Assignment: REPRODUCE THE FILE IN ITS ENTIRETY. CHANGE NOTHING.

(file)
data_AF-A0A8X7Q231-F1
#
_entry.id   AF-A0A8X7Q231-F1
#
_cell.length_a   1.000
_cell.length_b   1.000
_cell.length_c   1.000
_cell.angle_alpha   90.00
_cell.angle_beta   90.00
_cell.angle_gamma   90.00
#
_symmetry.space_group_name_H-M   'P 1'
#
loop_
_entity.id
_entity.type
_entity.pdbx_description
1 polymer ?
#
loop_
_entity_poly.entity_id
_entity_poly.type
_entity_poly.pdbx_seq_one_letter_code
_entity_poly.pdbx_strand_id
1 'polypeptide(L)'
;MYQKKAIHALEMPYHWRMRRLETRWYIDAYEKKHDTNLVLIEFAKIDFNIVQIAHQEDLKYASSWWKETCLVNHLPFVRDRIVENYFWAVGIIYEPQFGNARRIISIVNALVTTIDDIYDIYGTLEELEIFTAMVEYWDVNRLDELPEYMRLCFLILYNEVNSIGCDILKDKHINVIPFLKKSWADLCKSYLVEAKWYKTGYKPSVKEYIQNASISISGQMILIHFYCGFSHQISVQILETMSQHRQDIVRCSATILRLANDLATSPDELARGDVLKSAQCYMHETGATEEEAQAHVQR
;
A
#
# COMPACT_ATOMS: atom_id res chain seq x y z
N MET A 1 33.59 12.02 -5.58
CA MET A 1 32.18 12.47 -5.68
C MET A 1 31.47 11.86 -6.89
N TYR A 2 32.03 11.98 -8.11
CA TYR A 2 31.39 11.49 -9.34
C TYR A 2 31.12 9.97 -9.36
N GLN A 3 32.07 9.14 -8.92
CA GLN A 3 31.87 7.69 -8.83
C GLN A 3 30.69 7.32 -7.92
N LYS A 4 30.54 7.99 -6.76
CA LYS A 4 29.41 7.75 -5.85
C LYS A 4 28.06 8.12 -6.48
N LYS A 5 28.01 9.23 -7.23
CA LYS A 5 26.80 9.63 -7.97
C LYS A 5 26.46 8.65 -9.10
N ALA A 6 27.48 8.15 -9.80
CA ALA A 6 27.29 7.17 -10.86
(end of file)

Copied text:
data_AF-A0A8X7Q231-F1
#
_entry.id   AF-A0A8X7Q231-F1
#
_cell.length_a   1.000
_cell.length_b   1.000
_cell.length_c   1.000
_cell.angle_alpha   90.00
_cell.angle_beta   90.00
_cell.angle_gamma   90.00
#
_symmetry.space_group_name_H-M   'P 1'
#
loop_
_entity.id
_entity.type
_entity.pdbx_description
1 polymer ?
#
loop_
_entity_poly.entity_id
_entity_poly.type
_entity_poly.pdbx_seq_one_letter_code
_entity_poly.pdbx_strand_id
1 'polypeptide(L)'
;MYQKKAIHALEMPYHWRMRRLETRWYIDAYEKKHDTNLVLIEFAKIDFNIVQIAHQEDLKYASSWWKETCLVNHLPFVRDRIVENYFWAVGIIYEPQFGNARRIISIVNALVTTIDDIYDIYGTLEELEIFTAMVEYWDVNRLDELPEYMRLCFLILYNEVNSIGCDILKDKHINVIPFLKKSWADLCKSYLVEAKWYKTGYKPSVKEYIQNASISISGQMILIHFYCGFSHQISVQILETMSQHRQDIVRCSATILRLANDLATSPDELARGDVLKSAQCYMHETGATEEEAQAHVQR
;
A
#
# COMPACT_ATOMS: atom_id res chain seq x y z
N MET A 1 33.59 12.02 -5.58
CA MET A 1 32.18 12.47 -5.68
C MET A 1 31.47 11.86 -6.89
N TYR A 2 32.03 11.98 -8.11
CA TYR A 2 31.39 11.49 -9.34
C TYR A 2 31.12 9.97 -9.36
N GLN A 3 32.07 9.14 -8.92
CA GLN A 3 31.87 7.69 -8.83
C GLN A 3 30.69 7.32 -7.92
N LYS A 4 30.54 7.99 -6.76
CA LYS A 4 29.41 7.75 -5.85
C LYS A 4 28.06 8.12 -6.48
N LYS A 5 28.01 9.23 -7.23
CA LYS A 5 26.80 9.63 -7.97
C LYS A 5 26.46 8.65 -9.10
N ALA A 6 27.48 8.15 -9.80
CA ALA A 6 27.29 7.17 -10.86